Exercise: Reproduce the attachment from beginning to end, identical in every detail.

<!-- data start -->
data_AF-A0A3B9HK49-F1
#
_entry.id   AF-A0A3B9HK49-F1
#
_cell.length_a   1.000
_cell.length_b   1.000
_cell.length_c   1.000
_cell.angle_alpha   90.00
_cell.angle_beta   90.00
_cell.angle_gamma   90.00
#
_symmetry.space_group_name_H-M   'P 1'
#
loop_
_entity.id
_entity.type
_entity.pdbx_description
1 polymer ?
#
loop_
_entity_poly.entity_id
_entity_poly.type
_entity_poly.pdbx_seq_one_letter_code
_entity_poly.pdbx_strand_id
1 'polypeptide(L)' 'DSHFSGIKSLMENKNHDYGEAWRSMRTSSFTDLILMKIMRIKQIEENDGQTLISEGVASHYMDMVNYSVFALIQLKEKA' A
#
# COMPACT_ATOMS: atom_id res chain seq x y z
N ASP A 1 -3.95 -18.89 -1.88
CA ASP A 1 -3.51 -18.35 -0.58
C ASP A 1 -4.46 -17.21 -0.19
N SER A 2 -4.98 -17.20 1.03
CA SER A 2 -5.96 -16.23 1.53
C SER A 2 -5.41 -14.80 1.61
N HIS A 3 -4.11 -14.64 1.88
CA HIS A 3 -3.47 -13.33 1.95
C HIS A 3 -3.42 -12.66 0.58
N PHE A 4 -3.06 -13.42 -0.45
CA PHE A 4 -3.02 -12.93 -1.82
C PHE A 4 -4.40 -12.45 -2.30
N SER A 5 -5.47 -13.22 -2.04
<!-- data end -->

data_AF-A0A3B9HK49-F1
#
_entry.id   AF-A0A3B9HK49-F1
#
_cell.length_a   1.000
_cell.length_b   1.000
_cell.length_c   1.000
_cell.angle_alpha   90.00
_cell.angle_beta   90.00
_cell.angle_gamma   90.00
#
_symmetry.space_group_name_H-M   'P 1'
#
loop_
_entity.id
_entity.type
_entity.pdbx_description
1 polymer ?
#
loop_
_entity_poly.entity_id
_entity_poly.type
_entity_poly.pdbx_seq_one_letter_code
_entity_poly.pdbx_strand_id
1 'polypeptide(L)' 'DSHFSGIKSLMENKNHDYGEAWRSMRTSSFTDLILMKIMRIKQIEENDGQTLISEGVASHYMDMVNYSVFALIQLKEKA' A
#
# COMPACT_ATOMS: atom_id res chain seq x y z
N ASP A 1 -3.95 -18.89 -1.88
CA ASP A 1 -3.51 -18.35 -0.58
C ASP A 1 -4.46 -17.21 -0.19
N SER A 2 -4.98 -17.20 1.03
CA SER A 2 -5.96 -16.23 1.53
C SER A 2 -5.41 -14.80 1.61
N HIS A 3 -4.11 -14.64 1.88
CA HIS A 3 -3.47 -13.33 1.95
C HIS A 3 -3.42 -12.66 0.58
N PHE A 4 -3.06 -13.42 -0.45
CA PHE A 4 -3.02 -12.93 -1.82
C PHE A 4 -4.40 -12.45 -2.30
N SER A 5 -5.47 -13.22 -2.04